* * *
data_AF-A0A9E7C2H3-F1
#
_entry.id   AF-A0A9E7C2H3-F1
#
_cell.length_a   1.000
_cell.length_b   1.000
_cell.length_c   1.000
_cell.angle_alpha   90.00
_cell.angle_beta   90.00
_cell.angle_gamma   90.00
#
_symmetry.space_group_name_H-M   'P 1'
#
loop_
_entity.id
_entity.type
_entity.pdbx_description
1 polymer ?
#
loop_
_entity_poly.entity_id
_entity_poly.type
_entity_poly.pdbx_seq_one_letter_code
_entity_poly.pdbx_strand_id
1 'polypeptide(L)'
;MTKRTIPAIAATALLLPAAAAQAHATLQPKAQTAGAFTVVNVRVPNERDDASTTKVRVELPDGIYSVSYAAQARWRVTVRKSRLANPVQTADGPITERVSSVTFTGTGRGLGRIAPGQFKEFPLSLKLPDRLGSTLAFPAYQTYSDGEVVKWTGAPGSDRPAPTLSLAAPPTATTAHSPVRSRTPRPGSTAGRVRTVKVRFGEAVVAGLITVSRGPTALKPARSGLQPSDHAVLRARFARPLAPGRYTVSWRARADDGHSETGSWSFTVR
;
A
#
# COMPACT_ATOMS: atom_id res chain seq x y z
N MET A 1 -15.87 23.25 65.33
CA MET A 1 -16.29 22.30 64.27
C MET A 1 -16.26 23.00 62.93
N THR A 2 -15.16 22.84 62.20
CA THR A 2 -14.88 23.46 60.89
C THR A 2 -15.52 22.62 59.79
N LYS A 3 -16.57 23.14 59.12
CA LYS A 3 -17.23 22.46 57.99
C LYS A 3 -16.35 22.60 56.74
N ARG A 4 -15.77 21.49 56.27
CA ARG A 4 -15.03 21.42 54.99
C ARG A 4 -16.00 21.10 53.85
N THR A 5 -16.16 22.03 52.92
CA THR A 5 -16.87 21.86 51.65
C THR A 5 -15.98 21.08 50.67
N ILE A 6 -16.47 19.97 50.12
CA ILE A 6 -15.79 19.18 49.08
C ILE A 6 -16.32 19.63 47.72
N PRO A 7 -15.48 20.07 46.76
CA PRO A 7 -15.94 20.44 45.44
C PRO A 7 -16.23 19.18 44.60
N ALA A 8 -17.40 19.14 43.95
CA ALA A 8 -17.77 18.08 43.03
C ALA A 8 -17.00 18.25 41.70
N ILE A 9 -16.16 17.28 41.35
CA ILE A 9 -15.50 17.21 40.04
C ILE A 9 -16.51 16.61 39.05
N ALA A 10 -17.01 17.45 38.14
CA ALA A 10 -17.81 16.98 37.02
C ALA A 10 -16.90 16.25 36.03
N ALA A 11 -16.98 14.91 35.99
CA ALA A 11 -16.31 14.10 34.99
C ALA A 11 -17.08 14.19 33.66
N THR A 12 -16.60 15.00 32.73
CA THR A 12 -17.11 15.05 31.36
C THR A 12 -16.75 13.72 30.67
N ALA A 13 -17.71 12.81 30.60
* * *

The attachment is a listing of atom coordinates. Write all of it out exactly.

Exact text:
data_AF-A0A9E7C2H3-F1
#
_entry.id   AF-A0A9E7C2H3-F1
#
_cell.length_a   1.000
_cell.length_b   1.000
_cell.length_c   1.000
_cell.angle_alpha   90.00
_cell.angle_beta   90.00
_cell.angle_gamma   90.00
#
_symmetry.space_group_name_H-M   'P 1'
#
loop_
_entity.id
_entity.type
_entity.pdbx_description
1 polymer ?
#
loop_
_entity_poly.entity_id
_entity_poly.type
_entity_poly.pdbx_seq_one_letter_code
_entity_poly.pdbx_strand_id
1 'polypeptide(L)'
;MTKRTIPAIAATALLLPAAAAQAHATLQPKAQTAGAFTVVNVRVPNERDDASTTKVRVELPDGIYSVSYAAQARWRVTVRKSRLANPVQTADGPITERVSSVTFTGTGRGLGRIAPGQFKEFPLSLKLPDRLGSTLAFPAYQTYSDGEVVKWTGAPGSDRPAPTLSLAAPPTATTAHSPVRSRTPRPGSTAGRVRTVKVRFGEAVVAGLITVSRGPTALKPARSGLQPSDHAVLRARFARPLAPGRYTVSWRARADDGHSETGSWSFTVR
;
A
#
# COMPACT_ATOMS: atom_id res chain seq x y z
N MET A 1 -15.87 23.25 65.33
CA MET A 1 -16.29 22.30 64.27
C MET A 1 -16.26 23.00 62.93
N THR A 2 -15.16 22.84 62.20
CA THR A 2 -14.88 23.46 60.89
C THR A 2 -15.52 22.62 59.79
N LYS A 3 -16.57 23.14 59.12
CA LYS A 3 -17.23 22.46 57.99
C LYS A 3 -16.35 22.60 56.74
N ARG A 4 -15.77 21.49 56.27
CA ARG A 4 -15.03 21.42 54.99
C ARG A 4 -16.00 21.10 53.85
N THR A 5 -16.16 22.03 52.92
CA THR A 5 -16.87 21.86 51.65
C THR A 5 -15.98 21.08 50.67
N ILE A 6 -16.47 19.97 50.12
CA ILE A 6 -15.79 19.18 49.08
C ILE A 6 -16.32 19.63 47.72
N PRO A 7 -15.48 20.07 46.76
CA PRO A 7 -15.94 20.44 45.44
C PRO A 7 -16.23 19.18 44.60
N ALA A 8 -17.40 19.14 43.95
CA ALA A 8 -17.77 18.08 43.03
C ALA A 8 -17.00 18.25 41.70
N ILE A 9 -16.16 17.28 41.35
CA ILE A 9 -15.50 17.21 40.04
C ILE A 9 -16.51 16.61 39.05
N ALA A 10 -17.01 17.45 38.14
CA ALA A 10 -17.81 16.98 37.02
C ALA A 10 -16.90 16.25 36.03
N ALA A 11 -16.98 14.91 35.99
CA ALA A 11 -16.31 14.10 34.99
C ALA A 11 -17.08 14.19 33.66
N THR A 12 -16.60 15.00 32.73
CA THR A 12 -17.11 15.05 31.36
C THR A 12 -16.75 13.72 30.67
N ALA A 13 -17.71 12.81 30.60